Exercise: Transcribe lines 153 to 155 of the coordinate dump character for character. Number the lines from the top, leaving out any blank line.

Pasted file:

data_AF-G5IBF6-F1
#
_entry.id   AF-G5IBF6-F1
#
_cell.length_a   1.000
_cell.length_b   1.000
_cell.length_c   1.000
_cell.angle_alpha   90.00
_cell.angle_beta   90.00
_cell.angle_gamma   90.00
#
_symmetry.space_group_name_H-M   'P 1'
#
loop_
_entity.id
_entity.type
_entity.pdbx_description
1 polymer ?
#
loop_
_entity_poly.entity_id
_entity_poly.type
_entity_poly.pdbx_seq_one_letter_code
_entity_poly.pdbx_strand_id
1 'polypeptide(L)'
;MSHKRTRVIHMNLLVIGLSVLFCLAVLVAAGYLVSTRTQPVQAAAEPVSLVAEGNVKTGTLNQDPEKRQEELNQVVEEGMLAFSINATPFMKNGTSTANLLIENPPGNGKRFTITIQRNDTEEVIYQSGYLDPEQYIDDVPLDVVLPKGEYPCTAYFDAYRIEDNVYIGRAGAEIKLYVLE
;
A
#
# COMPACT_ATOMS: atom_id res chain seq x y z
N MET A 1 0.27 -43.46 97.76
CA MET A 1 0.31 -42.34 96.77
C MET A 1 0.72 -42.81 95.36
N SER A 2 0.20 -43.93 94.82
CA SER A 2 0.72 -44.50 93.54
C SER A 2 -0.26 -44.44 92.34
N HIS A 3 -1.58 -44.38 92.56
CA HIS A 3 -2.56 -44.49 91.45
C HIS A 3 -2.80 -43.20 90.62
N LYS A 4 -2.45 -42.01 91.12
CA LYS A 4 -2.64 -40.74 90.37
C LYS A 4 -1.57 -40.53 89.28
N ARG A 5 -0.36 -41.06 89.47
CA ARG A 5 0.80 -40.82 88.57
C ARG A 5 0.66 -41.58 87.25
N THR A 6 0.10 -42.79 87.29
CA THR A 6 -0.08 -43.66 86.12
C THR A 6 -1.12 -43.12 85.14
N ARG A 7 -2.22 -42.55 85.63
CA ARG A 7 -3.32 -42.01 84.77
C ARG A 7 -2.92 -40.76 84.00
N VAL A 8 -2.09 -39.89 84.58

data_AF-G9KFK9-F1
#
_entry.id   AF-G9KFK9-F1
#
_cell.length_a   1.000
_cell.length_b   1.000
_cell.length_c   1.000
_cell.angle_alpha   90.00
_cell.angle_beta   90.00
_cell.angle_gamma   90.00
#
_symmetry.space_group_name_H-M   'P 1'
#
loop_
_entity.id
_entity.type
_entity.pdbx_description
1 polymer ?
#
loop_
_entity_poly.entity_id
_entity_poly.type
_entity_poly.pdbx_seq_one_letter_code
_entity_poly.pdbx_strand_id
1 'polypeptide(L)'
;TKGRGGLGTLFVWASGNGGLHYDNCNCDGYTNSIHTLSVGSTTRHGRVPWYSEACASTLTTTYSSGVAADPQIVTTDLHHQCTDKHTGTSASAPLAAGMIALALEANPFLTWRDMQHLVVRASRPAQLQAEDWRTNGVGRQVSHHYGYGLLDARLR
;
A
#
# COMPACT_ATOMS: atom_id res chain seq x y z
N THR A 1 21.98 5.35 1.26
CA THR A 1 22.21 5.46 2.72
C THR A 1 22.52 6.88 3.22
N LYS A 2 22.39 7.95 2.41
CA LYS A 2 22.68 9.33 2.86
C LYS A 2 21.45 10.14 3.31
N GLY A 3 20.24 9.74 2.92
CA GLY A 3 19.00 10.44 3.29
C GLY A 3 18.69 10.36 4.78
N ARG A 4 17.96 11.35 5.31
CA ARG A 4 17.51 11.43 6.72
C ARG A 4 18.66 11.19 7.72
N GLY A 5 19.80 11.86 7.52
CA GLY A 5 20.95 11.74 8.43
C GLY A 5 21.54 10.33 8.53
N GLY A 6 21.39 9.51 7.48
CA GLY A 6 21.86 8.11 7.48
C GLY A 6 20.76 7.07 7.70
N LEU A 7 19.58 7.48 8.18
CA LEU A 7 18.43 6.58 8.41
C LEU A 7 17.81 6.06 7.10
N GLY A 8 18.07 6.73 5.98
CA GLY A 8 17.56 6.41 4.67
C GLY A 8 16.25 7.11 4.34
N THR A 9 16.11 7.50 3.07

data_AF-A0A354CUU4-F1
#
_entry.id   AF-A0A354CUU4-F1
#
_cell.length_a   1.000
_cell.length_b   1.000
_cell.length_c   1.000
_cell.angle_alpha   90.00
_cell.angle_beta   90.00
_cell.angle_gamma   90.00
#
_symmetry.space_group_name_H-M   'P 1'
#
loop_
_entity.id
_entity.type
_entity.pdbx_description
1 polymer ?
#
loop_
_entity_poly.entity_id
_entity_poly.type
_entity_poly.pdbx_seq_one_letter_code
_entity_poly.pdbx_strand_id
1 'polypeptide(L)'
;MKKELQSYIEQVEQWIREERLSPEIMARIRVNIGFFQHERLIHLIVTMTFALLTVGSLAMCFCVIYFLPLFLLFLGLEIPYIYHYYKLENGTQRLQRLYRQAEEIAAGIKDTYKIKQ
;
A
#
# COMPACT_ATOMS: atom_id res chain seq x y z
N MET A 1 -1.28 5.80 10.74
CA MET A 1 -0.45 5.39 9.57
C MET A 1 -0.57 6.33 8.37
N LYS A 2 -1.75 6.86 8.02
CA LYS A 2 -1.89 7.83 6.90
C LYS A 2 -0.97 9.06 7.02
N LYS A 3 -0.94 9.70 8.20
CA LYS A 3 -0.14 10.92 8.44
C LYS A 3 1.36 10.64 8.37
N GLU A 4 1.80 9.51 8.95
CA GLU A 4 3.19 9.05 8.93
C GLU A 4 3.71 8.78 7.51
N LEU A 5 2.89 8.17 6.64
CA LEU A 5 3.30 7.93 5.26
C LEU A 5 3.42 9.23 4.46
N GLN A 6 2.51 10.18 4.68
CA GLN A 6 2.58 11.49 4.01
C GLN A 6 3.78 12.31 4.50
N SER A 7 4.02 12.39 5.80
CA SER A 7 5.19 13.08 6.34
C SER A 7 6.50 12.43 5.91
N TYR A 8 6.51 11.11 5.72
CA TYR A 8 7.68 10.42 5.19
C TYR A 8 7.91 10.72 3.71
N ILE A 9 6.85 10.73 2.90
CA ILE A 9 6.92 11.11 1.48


N GLN A 6 2.51 10.18 4.68
CA GLN A 6 2.58 11.49 4.01
C GLN A 6 3.78 12.31 4.50